Author Topic: Any experienced attorneys willing to chat about how they got to FI?  (Read 2363 times)

catmustache

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Totally random and please let me know if this is completely not supposed to be here, but are there any attorneys willing to chat about their experience getting jobs and getting to FI? I graduated and passed the bar 3 years ago, but I've not done much working on cases since law school. I'm trying to figure out what kinds of law might be options and how to transition from administrative non-profit type work to something more lucrative and in a different state.

Anyone open to chatting here (or by private message) about their road or useful tips?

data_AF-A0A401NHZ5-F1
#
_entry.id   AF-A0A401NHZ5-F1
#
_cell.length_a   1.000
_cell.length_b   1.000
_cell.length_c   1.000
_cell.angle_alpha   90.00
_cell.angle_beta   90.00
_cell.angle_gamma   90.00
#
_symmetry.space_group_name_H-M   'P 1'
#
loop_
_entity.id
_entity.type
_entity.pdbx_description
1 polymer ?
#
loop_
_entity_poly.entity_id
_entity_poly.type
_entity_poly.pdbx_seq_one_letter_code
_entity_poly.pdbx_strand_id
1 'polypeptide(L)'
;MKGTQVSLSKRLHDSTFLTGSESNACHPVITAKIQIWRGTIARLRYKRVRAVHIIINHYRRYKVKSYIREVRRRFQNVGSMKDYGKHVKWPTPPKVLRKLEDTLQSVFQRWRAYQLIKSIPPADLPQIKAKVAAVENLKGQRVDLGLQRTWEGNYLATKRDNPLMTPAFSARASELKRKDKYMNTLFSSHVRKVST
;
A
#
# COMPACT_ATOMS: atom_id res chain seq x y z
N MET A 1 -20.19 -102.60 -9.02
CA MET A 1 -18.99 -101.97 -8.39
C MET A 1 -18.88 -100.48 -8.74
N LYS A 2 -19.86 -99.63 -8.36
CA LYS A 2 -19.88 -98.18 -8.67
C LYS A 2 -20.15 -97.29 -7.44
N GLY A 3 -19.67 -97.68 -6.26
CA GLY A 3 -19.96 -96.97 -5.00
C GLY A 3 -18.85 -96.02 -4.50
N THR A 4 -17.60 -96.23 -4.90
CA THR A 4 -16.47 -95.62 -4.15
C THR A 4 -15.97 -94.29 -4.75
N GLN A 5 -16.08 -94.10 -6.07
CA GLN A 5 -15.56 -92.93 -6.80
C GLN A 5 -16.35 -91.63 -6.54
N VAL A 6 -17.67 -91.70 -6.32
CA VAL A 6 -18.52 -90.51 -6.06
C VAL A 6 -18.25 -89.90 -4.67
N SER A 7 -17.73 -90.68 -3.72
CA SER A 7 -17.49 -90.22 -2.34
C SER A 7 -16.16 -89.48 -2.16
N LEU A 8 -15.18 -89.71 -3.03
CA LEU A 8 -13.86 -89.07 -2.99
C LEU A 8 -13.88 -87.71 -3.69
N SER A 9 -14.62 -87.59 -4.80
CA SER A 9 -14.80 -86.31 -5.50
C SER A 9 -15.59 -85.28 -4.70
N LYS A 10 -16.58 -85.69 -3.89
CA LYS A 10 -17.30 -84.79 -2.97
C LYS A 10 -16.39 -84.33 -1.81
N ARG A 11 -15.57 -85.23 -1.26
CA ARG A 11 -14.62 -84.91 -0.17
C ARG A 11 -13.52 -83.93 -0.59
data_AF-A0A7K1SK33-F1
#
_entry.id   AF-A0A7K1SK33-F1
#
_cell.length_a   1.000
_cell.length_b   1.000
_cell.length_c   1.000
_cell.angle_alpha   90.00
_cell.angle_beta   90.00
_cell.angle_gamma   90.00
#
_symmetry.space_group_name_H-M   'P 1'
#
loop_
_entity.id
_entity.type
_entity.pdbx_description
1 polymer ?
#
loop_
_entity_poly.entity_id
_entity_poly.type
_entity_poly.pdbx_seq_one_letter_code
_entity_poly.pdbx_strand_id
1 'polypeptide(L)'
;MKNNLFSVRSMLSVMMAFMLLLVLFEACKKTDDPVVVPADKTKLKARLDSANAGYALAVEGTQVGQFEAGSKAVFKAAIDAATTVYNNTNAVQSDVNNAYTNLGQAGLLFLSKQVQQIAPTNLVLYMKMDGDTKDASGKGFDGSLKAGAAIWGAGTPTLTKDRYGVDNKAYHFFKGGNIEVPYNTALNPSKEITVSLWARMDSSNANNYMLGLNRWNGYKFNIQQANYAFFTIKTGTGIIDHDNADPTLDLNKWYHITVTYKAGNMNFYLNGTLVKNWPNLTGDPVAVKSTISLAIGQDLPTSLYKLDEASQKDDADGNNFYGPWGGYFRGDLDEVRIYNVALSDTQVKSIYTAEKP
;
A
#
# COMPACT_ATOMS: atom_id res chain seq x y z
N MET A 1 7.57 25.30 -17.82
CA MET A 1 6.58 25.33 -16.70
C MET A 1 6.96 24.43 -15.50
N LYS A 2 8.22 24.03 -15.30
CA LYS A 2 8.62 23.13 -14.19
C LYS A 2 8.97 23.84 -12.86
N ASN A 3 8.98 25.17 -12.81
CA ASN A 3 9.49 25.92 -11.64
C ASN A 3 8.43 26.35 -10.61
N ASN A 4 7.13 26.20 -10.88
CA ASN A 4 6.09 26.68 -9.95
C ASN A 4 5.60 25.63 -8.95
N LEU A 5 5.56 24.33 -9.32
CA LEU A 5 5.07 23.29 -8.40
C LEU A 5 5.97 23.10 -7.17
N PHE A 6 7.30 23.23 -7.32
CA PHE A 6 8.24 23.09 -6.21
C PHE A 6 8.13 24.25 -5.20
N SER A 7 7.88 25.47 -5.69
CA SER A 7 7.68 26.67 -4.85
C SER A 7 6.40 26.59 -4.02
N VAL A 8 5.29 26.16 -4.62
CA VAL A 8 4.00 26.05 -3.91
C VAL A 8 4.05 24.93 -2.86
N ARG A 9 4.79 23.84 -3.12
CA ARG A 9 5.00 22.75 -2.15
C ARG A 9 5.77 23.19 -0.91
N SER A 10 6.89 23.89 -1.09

CommonCents

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Re: Any experienced attorneys willing to chat about how they got to FI?
« Reply #1 on: December 11, 2013, 08:57:42 PM »
I'm not FI yet, but I'm happy to answers questions.   PM or post your questions (I may respond in a PM though, depending on how detailed/personal the answer.)

catmustache

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Re: Any experienced attorneys willing to chat about how they got to FI?
« Reply #2 on: December 13, 2013, 07:29:30 AM »
Great! Thanks! I'm mostly wondering what kind of law you practice, how you got into it, what you do every day, what makes someone good at it, how much people make on average and how to transition into it if you're fairly new? I'm trying to find out what might be a good fit for me and how to translate my current skills in a new field if that makes sense?


Thanks again!



dragoncar

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Re: Any experienced attorneys willing to chat about how they got to FI?
« Reply #3 on: December 13, 2013, 08:00:10 AM »